Release date: September 17, 2013
Page number: 256
HC ISBN: 978-0-8478-4127-1
Ebook ISBN: 978-0-8478-4140-0
I have not read Thoreau’s work yet, but when I visited Walden Pond I had a strong urge to not only read his book but to also to find a cabin of my own to live in away from society for a stretch of time. I haven’t been able to fulfill this dream yet.
Sylvain Tesson has. Not only has he done what I want to do, but he’s written a wonderful book about his experiences. At first I was hesitant that I would get bored with The Consolations of the Forest. I mean, it’s about one man living on his own in a cabin on Lake Baikal in Siberia. I think in less capable hands the book would have been a near miss. However, from the first page of Tesson’s book I was hooked. It’s not a thriller of any type, but I couldn’t put the book down. His insights about solitude, his descriptions of the landscape, and discussions on the readings he brought with him were a delight to read. What impressed me was the way he was able to pull me into his world. Some might think his story progresses slowly, but that’s what I loved. Each diary entry pulled me further and further into his world and I didn’t want it to end.
His diary opened my eyes to not only the world he was experiencing but to our world as well. Some of his descriptions are beautiful, but haunting. And he has a wicked sense of humor and keen insight into the human world.
Winner of the Prix Médicis for non-fiction, THE CONSOLATIONS OF THE FOREST is a Thoreau-esque quest to find solace, taken to the extreme. No stranger to inhospitable places, Sylvain Tesson exiles himself to a wooden cabin on Siberia’s Lake Baikal—a full day’s hike from any “neighbor”— with his thoughts, books, a couple of dogs, and many bottles of vodka for company. Writing from February to July, he shares his deep appreciation for the harsh but beautiful land, the resilient men and women who populate it, and the bizarre and tragic history that has given Siberia an almost mythological place in the imagination.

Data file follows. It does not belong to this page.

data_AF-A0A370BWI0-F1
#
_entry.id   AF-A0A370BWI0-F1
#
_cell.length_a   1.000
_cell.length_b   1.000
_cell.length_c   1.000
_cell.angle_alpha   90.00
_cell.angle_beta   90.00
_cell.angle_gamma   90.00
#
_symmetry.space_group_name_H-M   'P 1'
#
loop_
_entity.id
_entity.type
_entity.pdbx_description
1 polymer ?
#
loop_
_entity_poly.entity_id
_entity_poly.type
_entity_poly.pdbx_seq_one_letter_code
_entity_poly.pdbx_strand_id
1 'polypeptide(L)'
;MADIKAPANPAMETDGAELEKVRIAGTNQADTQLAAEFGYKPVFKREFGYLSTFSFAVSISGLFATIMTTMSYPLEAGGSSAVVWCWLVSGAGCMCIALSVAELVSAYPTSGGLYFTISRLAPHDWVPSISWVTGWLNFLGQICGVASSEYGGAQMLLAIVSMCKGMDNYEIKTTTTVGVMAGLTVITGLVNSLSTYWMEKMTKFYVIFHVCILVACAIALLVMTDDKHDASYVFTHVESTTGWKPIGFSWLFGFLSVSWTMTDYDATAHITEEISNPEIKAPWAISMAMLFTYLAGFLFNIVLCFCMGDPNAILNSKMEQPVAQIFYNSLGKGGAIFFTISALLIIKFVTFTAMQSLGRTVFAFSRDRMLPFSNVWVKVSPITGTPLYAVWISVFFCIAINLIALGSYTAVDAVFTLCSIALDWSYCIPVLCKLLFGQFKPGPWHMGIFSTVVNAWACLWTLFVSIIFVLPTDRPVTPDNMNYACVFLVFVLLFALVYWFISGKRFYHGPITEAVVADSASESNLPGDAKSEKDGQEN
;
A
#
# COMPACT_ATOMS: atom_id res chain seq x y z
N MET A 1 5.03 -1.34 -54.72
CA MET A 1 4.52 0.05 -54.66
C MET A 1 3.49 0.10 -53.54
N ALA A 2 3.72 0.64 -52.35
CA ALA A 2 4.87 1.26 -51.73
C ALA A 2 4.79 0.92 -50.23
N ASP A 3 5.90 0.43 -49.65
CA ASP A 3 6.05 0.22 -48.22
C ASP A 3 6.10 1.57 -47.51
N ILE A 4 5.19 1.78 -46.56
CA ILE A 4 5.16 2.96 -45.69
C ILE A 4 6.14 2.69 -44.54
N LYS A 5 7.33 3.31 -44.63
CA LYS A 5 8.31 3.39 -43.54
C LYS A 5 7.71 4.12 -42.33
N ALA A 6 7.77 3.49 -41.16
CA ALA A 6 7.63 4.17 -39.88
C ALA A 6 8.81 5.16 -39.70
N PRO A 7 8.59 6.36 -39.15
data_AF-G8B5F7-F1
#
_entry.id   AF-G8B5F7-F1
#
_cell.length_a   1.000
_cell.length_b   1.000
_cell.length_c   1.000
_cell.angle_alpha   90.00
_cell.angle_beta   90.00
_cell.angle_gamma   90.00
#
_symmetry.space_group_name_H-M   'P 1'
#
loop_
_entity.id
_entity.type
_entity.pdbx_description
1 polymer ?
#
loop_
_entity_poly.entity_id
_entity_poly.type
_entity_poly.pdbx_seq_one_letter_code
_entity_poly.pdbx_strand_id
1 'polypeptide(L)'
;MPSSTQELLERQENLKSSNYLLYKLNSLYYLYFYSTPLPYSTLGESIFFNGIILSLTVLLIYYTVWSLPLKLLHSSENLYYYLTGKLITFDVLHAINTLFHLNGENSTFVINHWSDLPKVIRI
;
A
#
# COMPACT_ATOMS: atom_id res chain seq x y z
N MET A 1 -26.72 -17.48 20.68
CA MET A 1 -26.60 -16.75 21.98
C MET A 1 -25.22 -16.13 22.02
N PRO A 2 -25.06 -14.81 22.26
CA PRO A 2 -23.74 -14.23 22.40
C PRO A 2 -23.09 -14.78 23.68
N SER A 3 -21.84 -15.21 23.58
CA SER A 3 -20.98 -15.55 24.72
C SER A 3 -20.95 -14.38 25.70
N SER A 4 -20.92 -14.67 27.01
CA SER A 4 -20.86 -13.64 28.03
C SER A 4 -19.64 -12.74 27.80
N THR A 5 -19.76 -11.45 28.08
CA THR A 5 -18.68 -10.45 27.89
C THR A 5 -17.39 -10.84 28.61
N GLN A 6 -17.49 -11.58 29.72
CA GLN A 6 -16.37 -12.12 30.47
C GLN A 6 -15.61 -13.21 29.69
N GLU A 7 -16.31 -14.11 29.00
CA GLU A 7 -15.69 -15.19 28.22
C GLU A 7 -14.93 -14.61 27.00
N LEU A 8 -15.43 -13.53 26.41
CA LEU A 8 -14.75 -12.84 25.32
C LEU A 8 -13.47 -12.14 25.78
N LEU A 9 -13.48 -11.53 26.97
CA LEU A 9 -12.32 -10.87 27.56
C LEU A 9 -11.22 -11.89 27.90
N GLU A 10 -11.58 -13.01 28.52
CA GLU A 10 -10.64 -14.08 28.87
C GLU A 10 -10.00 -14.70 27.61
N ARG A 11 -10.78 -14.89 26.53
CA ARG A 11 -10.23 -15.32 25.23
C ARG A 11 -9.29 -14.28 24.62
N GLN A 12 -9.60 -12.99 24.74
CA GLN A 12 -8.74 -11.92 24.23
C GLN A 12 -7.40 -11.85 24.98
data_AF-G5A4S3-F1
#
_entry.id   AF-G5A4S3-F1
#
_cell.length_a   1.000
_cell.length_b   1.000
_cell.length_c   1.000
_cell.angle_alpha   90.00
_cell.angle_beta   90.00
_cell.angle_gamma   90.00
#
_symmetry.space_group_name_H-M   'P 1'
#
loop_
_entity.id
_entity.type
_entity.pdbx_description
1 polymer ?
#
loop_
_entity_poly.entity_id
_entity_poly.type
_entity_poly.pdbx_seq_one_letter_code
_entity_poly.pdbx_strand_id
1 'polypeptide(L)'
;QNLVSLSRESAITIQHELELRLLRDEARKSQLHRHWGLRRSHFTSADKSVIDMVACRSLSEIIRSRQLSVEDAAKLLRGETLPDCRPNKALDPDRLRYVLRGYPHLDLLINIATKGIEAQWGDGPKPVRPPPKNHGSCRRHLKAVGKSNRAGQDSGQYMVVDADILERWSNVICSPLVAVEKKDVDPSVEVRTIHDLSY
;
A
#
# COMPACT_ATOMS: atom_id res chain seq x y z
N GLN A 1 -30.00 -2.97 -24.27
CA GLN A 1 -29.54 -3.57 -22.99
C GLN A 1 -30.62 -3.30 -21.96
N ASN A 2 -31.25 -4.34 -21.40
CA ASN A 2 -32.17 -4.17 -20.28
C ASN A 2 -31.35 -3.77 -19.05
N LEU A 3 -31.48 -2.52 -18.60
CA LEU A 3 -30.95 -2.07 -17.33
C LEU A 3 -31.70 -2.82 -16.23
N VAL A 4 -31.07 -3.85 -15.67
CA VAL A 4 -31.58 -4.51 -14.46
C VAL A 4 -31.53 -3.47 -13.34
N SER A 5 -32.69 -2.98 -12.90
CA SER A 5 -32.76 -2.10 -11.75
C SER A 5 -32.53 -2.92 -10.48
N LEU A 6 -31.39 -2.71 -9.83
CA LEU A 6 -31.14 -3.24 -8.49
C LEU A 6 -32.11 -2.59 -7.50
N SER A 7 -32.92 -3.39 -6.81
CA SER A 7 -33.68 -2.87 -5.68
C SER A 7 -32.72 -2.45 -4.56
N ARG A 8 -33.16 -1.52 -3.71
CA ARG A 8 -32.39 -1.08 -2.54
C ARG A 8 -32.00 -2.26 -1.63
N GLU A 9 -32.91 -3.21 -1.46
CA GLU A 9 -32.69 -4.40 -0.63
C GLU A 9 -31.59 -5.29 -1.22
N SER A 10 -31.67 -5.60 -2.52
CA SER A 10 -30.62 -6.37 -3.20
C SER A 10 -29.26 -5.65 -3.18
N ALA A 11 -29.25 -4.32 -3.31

Rich with observation, introspection, and the good humor necessary to laugh at his own folly, Tesson’s memoir is about the ultimate freedom of owning your own time. Only in the hands of a gifted storyteller can an experiment in isolation become an exceptional adventure accessible to all. By recording his impressions in the face of silence, his struggles in a hostile environment, his hopes, doubts, and moments of pure joy in communion with nature, Tesson makes a decidedly out-of-the-ordinary experience relatable to the reader who may be struggling with hir or her own search for peace and balance in life. The awe and joy are contagious, and one comes away with the comforting knowledge that “as long as there is a cabin deep in the woods, nothing is completely lost.”
To follow the other stops on the blog tour click here. I received a free copy of this book in exchange for an honest review. Tomorrow I will share an excerpt on my 50 Year Project blog and there will be a giveaway for US and Canadian readers.